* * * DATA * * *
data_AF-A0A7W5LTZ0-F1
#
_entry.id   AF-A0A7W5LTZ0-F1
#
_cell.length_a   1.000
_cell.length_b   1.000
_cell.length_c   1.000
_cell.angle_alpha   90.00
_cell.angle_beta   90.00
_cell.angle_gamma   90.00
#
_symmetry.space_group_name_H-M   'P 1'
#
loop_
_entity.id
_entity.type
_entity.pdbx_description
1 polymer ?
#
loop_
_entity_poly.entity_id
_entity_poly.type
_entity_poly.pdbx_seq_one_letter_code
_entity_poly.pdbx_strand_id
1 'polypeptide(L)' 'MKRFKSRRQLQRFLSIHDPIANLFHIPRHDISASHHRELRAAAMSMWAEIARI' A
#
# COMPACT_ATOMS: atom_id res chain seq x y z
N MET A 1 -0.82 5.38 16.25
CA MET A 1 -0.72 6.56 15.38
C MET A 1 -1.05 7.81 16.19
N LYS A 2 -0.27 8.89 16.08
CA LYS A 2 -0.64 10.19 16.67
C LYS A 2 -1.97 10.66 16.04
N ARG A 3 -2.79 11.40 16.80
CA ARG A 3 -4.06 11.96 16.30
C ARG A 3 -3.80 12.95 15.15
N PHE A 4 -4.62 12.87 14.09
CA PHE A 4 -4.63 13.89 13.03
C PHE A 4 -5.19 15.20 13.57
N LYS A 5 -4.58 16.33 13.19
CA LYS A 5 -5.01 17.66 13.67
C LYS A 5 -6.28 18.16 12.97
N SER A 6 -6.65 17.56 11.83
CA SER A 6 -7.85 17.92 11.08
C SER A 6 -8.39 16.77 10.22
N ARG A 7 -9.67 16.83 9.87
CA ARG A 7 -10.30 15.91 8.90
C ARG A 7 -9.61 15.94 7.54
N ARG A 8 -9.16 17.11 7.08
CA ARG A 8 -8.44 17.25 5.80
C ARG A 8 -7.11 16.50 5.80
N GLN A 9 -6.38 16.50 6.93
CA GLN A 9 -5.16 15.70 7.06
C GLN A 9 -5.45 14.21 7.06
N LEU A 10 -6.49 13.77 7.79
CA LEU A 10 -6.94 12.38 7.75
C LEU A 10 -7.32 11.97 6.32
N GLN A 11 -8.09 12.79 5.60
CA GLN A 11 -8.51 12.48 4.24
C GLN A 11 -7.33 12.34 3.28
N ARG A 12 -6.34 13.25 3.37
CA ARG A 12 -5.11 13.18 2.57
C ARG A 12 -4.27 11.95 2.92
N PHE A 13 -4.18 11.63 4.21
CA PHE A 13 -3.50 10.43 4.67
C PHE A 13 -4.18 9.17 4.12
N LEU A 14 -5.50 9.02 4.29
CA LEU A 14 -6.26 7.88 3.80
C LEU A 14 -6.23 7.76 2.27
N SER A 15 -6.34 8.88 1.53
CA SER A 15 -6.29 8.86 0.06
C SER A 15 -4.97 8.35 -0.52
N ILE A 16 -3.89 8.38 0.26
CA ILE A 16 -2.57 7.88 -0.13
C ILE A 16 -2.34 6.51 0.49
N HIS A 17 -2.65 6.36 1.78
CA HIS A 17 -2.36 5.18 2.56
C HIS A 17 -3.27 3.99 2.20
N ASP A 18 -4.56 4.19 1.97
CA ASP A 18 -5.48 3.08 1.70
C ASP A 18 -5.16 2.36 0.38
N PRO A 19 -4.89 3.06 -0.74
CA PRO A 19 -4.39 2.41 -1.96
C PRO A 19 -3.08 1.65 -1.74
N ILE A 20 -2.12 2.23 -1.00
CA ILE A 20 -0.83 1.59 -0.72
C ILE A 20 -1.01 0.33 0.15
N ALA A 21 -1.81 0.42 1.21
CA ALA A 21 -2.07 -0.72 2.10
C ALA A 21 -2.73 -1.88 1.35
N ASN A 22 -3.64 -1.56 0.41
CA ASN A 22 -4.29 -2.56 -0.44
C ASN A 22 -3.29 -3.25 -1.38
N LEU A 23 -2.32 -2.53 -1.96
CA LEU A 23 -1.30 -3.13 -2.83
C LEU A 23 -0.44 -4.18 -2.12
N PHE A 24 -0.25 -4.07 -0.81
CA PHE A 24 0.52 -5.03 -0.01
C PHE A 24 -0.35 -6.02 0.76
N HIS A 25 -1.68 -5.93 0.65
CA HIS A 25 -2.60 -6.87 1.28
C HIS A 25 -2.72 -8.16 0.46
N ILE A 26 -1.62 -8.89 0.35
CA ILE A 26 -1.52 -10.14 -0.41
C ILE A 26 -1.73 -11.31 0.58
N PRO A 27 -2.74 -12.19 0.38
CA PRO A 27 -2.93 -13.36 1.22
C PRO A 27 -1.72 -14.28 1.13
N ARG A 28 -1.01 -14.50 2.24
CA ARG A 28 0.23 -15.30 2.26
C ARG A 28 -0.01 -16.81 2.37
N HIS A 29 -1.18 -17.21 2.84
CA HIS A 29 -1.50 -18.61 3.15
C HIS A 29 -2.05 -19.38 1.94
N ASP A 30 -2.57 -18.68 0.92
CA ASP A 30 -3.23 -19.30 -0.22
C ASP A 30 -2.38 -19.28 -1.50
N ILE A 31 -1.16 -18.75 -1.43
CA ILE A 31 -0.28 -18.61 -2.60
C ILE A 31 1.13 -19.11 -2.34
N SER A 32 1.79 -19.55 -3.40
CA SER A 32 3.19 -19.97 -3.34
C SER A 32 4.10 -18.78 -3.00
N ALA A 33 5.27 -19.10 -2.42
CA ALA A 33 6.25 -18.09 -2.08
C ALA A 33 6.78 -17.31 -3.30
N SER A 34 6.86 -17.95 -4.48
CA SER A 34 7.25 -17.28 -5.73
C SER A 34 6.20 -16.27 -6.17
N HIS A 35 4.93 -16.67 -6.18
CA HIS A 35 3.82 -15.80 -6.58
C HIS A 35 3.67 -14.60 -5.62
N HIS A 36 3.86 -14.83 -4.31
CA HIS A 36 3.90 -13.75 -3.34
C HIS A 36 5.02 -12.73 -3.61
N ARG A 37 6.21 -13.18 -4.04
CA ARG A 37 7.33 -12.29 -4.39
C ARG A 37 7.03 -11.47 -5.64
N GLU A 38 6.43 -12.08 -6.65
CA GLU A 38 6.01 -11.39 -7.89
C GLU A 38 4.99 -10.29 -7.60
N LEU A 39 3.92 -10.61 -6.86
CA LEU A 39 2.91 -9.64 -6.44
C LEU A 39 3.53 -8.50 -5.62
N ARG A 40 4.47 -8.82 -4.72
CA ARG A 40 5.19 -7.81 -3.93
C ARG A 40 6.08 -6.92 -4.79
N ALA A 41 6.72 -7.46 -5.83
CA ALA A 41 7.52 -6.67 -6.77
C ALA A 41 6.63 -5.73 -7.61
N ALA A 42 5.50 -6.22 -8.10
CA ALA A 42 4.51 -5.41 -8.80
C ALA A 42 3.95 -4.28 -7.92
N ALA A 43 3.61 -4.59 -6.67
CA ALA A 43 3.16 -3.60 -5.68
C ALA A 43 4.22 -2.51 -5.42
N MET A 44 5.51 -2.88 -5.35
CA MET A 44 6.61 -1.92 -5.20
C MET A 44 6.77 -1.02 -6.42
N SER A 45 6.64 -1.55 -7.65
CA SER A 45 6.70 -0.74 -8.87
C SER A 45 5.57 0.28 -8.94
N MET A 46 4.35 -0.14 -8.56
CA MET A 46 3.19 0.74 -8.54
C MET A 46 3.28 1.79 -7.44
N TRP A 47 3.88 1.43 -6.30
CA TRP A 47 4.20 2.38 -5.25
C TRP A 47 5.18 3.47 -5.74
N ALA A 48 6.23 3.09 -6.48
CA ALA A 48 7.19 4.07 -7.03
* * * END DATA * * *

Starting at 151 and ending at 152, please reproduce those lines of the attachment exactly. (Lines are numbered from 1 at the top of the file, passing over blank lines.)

N ALA A 42 5.50 -6.22 -8.10
CA ALA A 42 4.51 -5.41 -8.80